• Fold the clutch in half and pull the loop around to the front and eyeball where the button will need to be placed. If you do not have a loop on the potholder, follow the Tidy Mom site’s directions for adding a loop.
  • Attach the button with coordinating thread. I used green thread and black/green buttons in honor of our swim team colors.

coach survival kit buttons

  • I printed gift tags on white cardstock and tied with curly ribbon to the loop.

coach survival kit finished

Survival Kit Content Suggestions

  • plastic comb
  • chapstick
  • sunblock stick
  • gum
  • Bandaids
  • hair rubberbands (for the girl coaches)
  • travel toothbrush and toothpaste
  • Tylenol or Advil
  • Tums
  • travel size lotion
  • travel size shampoo
  • some cash or change (for trips to the snack bar or soda machine)

coach survival kit contents


  • Flatter items work better. The sunblock stick took up a lot of room. I ended up removing the toothbrush and toothpaste because the combination of the 3 created too much bulk.
  • When possible, I used items that matched our team colors (black comb, green gum, black and green hair bands). I did not force the color thing, though.
  • Don’t cheap out on the Ziploc bags. I bought CVS generic brand on sale, and they are a little flimsy. I wish I had used Ziploc or Glad snack bags.
  • This could easily be adapted to a Teacher Emergency Kit for a great back to school teacher gift. It could also be used for many other sports as an end of season coach gift. It is not very girly if you use solid colored potholders, so it works for males and females.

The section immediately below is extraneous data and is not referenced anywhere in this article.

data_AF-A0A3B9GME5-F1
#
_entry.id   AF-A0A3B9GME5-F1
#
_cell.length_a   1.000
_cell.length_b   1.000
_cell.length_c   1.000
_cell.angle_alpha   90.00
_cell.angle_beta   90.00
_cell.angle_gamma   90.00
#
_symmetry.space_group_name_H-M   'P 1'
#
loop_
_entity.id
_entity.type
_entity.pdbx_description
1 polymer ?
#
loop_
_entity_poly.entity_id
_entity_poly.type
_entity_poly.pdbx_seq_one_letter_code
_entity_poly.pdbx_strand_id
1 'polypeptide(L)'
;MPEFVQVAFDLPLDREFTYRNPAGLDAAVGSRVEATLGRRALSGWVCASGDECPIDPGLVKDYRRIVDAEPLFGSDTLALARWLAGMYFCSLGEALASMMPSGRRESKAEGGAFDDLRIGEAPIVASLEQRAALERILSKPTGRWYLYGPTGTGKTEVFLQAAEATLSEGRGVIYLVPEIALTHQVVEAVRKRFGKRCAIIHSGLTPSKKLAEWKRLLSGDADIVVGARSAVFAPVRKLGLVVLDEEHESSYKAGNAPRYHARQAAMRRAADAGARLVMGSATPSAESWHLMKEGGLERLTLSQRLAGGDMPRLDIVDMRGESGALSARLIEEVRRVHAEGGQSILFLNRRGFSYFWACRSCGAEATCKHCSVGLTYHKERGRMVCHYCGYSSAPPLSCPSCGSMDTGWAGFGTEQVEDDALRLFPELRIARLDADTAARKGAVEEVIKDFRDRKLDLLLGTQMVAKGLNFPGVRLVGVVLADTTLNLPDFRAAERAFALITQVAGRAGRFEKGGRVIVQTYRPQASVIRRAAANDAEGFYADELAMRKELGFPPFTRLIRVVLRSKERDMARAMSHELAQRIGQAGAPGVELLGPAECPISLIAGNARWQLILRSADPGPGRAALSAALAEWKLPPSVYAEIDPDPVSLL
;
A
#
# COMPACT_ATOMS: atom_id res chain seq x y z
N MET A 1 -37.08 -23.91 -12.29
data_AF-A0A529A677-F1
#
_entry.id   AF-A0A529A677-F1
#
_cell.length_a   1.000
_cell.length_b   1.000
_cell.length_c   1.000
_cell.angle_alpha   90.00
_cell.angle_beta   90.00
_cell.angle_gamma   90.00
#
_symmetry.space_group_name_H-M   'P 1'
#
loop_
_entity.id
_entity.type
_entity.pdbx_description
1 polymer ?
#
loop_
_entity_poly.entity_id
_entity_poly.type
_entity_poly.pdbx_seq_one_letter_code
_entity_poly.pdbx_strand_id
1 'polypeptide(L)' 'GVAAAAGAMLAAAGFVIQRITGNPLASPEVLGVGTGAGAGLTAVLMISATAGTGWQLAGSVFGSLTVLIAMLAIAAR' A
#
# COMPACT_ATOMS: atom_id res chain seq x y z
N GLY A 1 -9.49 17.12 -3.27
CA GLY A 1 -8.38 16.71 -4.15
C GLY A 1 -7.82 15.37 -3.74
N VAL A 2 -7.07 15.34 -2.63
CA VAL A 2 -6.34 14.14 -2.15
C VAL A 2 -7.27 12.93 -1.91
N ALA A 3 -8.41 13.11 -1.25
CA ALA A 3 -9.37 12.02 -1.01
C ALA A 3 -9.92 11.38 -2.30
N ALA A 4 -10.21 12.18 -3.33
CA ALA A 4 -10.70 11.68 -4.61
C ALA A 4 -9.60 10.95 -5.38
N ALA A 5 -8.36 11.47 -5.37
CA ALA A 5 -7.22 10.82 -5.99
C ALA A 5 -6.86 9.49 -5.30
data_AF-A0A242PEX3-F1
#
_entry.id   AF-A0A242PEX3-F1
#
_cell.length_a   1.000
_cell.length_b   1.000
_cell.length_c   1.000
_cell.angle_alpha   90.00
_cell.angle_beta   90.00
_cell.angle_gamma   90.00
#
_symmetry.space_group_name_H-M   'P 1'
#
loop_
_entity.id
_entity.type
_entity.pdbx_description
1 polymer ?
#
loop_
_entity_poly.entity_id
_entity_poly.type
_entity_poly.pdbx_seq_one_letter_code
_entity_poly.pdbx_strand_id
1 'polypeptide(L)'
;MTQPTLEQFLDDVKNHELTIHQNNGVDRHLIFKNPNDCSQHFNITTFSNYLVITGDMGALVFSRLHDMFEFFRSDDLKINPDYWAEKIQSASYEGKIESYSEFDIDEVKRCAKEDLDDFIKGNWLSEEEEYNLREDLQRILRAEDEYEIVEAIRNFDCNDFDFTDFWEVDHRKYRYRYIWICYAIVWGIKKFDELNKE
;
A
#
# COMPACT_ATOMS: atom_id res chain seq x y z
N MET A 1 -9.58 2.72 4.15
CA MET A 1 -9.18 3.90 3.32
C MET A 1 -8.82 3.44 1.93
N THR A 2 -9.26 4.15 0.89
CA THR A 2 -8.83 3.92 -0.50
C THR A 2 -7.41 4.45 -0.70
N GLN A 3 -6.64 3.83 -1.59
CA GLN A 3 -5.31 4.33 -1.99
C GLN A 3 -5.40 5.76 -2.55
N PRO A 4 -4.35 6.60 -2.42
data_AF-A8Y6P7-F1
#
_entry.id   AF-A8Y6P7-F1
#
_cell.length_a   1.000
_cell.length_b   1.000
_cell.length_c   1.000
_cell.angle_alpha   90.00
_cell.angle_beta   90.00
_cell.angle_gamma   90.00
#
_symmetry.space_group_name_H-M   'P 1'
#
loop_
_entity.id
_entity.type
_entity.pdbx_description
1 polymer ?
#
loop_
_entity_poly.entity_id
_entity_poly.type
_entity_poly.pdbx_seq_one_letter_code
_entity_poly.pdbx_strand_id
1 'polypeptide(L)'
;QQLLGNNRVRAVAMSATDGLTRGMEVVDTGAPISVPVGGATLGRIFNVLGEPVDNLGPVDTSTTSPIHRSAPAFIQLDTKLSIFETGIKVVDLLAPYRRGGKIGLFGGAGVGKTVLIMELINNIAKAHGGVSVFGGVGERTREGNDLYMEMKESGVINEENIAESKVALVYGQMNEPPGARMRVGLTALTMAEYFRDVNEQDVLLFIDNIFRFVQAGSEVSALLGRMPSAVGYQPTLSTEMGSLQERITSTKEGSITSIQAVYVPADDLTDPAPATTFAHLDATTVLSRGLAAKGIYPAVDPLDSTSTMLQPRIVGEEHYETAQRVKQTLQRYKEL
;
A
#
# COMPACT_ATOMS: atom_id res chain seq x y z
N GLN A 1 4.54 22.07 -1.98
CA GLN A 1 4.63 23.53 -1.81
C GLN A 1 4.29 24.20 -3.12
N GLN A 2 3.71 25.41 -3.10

coach survival kit filled

Swim Team Shirts

sharpie tie dye shirts

In honor of the final swim meet of the season, Mr. Star Wars and his teammates decorated shirts after swim practice this morning. The coach brought acrylic paint and brushes, each swimmer brought an old white t-shirt, and I felt compelled to up the decorative quality of the shirts and brought materials for Sharpie tie dying.

I learned about this so cool but so easy technique 10 years ago when my oldest niece attended a summer camp near my parents’ house. My niece was 5 or 6 at the time and came home with this t-shirt that had multi-colored sunbursts all over it. Lately, I have seen samples floating around on Pinterest. The Pinterest sample I saw looks a little different than my way, but it is roughly the same procedure. The best thing about the Sharpie tie dye is the minimal mess!